We expect above 5% of our team members to experience explicit performance management on an annual basis, and we expect greater than 50% to be successful. We track this to make sure we’re managing performance consistently and fairly across all divisions, and in all circumstances. However, we don’t enforce any hard thresholds.
This results in a lower rate of involuntary attrition than comparable companies, which range from 5 to 15% annually. We justify this based on the up-front effort we put into the hiring process. Divisions have various quantitative and qualitative processes for ensuring new hires can be successful at Bramble. This includes, but is not limited to:
- Requiring two “strong yes” votes from the interview team to make an offer
- Requiring that candidates demonstrate all documented must-have criteria for the role
- Requiring that candidates demonstrate a simple majority of all nice-to-have criteria for the role
- Requiring that hiring managers write a “justification” scorecard that outlines the candidate’s strengths, outlines their weaknesses, and articulates a plan for making them successfully
- Requiring that hiring managers fill out a retrospection document for all unsuccessful hires
Remediation options will vary based on if the team members underperformance is skill-based or will-based and local applicable law. However, as a best practice and to provide a consistent experience for all team members the following remediation process is recommended.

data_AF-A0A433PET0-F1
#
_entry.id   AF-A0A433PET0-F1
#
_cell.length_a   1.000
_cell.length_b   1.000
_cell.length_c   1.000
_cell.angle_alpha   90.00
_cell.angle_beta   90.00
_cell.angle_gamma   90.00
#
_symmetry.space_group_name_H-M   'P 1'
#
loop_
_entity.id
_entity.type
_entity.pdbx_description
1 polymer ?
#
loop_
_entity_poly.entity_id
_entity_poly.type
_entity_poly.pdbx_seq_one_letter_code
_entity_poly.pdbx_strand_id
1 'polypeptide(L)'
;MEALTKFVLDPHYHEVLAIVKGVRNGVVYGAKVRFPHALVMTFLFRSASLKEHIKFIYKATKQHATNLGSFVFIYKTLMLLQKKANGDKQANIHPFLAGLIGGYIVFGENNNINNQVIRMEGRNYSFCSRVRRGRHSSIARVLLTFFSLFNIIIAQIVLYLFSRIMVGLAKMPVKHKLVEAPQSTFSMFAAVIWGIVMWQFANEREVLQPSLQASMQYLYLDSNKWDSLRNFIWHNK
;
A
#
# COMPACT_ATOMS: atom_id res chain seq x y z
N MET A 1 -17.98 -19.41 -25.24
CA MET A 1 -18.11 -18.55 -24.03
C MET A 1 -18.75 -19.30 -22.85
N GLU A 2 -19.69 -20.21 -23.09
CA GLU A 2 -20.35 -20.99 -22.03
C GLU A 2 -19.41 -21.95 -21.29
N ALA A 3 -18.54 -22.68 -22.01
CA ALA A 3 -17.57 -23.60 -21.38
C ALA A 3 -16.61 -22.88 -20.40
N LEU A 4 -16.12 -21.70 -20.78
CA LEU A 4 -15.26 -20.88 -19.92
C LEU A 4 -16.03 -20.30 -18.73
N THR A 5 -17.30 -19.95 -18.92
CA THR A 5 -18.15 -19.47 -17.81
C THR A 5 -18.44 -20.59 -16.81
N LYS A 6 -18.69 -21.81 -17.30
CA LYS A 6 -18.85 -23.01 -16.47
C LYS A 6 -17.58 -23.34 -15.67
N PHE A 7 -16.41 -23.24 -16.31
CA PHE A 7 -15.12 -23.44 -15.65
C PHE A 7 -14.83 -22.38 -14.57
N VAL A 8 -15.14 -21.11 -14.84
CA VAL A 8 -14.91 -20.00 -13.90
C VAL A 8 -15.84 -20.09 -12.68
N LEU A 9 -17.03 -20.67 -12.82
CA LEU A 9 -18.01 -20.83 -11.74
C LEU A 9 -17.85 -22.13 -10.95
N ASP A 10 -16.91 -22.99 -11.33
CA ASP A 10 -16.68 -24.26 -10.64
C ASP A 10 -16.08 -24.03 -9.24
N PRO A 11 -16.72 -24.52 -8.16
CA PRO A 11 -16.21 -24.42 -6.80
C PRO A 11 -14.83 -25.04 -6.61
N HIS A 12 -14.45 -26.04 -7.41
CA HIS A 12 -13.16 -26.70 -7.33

It is important to note that there is no requirement for these options to be considered or presented consecutively.
- Written Performance Letter
- Written Warning
- Performance Improvement Plan (PIP)
- Letting Someone Go
Important: As noted in the PIP section below, we only implement PIPs if we believe team members have the ability to be successful on the PIP. For team members who truly lack the skill for the role even after a period of coaching and support, we would not implement a PIP.
Coaching is the preferred option to deal with underperformance and is the first step in addressing performance issues.
Managers are expected to address performance concerns (skill-based or will-based) in a timely manner. Managers should address concerns verbally during one-on-one meetings or in impromptu private coaching sessions with their team member. These conversations must be documented by the manager and shared with the team member so that everyone has a record of the discussion and is in alignment on where improvements needs to be made and by when. Documentation should be brief (a few key bullet points or a paragraph), and should be sent via email to the team member within 24 hours of the verbal discussion. See example coaching email below:
Dear(Team member name)
Thank you for meeting with me today to discuss (insert topics of concerns or issues discussed and any agreed upon actions).
Please know that I am fully committed to working with you in addressing these issues. If there is anything I can do to assist you in meeting these expectations, please do not hesitate to let me know. My goal in bringing this matter to your attention is partner together in improving these areas to be successful at Bramble.
Thanks, (Manager name)
Underperformance feedback should be the first item on your 1-1 agenda. If it is helpful, managers can use the Managing Underperformance Meeting Plan Template to facilitate the discussion with clear actionable steps on how to talk through feedback.
Helping Bramble team members understand clearly how their performance is below the standard expected quickly is very important to foster immediate improvement and continued success. It is also important to clarify when feedback given can provide helpful coaching vs. when to address a skill/will based performance issue. It is not always clear how serious the feedback being provided is and setting the context can be critical.